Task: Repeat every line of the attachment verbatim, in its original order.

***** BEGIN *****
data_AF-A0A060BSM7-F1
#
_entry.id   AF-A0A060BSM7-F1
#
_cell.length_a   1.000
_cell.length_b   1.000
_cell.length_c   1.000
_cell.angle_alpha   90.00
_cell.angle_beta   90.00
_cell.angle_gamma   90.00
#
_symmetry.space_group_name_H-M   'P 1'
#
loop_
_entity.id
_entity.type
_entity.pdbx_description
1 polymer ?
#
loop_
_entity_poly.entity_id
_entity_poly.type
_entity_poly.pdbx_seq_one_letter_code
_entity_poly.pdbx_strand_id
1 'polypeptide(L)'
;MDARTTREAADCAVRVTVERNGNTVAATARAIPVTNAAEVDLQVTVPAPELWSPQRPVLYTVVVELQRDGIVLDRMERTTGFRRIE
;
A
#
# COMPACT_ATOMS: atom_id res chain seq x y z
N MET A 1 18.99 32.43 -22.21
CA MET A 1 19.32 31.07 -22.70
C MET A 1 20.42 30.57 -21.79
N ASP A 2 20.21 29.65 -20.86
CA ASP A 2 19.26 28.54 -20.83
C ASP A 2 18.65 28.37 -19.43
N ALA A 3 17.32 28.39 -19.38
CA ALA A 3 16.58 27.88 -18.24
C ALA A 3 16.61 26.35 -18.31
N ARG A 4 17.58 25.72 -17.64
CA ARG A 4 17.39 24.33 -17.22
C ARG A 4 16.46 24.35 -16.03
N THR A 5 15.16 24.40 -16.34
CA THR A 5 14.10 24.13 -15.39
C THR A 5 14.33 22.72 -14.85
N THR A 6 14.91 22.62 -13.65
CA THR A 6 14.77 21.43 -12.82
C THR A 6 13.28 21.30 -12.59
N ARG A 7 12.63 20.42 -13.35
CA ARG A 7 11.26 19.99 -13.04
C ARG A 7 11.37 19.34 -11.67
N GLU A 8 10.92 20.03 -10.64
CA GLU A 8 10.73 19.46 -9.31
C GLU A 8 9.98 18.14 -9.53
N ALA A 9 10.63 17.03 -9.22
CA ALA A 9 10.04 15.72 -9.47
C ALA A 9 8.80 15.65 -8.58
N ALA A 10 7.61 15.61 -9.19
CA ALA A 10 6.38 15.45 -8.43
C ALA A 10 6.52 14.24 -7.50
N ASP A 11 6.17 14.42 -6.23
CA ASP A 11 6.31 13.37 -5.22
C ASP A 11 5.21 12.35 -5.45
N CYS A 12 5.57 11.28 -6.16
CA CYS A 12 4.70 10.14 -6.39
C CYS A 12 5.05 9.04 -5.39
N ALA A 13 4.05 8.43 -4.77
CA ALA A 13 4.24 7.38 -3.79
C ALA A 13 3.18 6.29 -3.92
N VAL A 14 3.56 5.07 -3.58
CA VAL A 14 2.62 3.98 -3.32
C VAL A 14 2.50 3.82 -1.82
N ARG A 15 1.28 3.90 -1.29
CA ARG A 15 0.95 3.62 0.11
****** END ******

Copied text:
data_AF-A0A060BSM7-F1
#
_entry.id   AF-A0A060BSM7-F1
#
_cell.length_a   1.000
_cell.length_b   1.000
_cell.length_c   1.000
_cell.angle_alpha   90.00
_cell.angle_beta   90.00
_cell.angle_gamma   90.00
#
_symmetry.space_group_name_H-M   'P 1'
#
loop_
_entity.id
_entity.type
_entity.pdbx_description
1 polymer ?
#
loop_
_entity_poly.entity_id
_entity_poly.type
_entity_poly.pdbx_seq_one_letter_code
_entity_poly.pdbx_strand_id
1 'polypeptide(L)'
;MDARTTREAADCAVRVTVERNGNTVAATARAIPVTNAAEVDLQVTVPAPELWSPQRPVLYTVVVELQRDGIVLDRMERTTGFRRIE
;
A
#
# COMPACT_ATOMS: atom_id res chain seq x y z
N MET A 1 18.99 32.43 -22.21
CA MET A 1 19.32 31.07 -22.70
C MET A 1 20.42 30.57 -21.79
N ASP A 2 20.21 29.65 -20.86
CA ASP A 2 19.26 28.54 -20.83
C ASP A 2 18.65 28.37 -19.43
N ALA A 3 17.32 28.39 -19.38
CA ALA A 3 16.58 27.88 -18.24
C ALA A 3 16.61 26.35 -18.31
N ARG A 4 17.58 25.72 -17.64
CA ARG A 4 17.39 24.33 -17.22
C ARG A 4 16.46 24.35 -16.03
N THR A 5 15.16 24.40 -16.34
CA THR A 5 14.10 24.13 -15.39
C THR A 5 14.33 22.72 -14.85
N THR A 6 14.91 22.62 -13.65
CA THR A 6 14.77 21.43 -12.82
C THR A 6 13.28 21.30 -12.59
N ARG A 7 12.63 20.42 -13.35
CA ARG A 7 11.26 19.99 -13.04
C ARG A 7 11.37 19.34 -11.67
N GLU A 8 10.92 20.03 -10.64
CA GLU A 8 10.73 19.46 -9.31
C GLU A 8 9.98 18.14 -9.53
N ALA A 9 10.63 17.03 -9.22
CA ALA A 9 10.04 15.72 -9.47
C ALA A 9 8.80 15.65 -8.58
N ALA A 10 7.61 15.61 -9.19
CA ALA A 10 6.38 15.45 -8.43
C ALA A 10 6.52 14.24 -7.50
N ASP A 11 6.17 14.42 -6.23
CA ASP A 11 6.31 13.37 -5.22
C ASP A 11 5.21 12.35 -5.45
N CYS A 12 5.57 11.28 -6.16
CA CYS A 12 4.70 10.14 -6.39
C CYS A 12 5.05 9.04 -5.39
N ALA A 13 4.05 8.43 -4.77
CA ALA A 13 4.24 7.38 -3.79
C ALA A 13 3.18 6.29 -3.92
N VAL A 14 3.56 5.07 -3.58
CA VAL A 14 2.62 3.98 -3.32
C VAL A 14 2.50 3.82 -1.82
N ARG A 15 1.28 3.90 -1.29
CA ARG A 15 0.95 3.62 0.11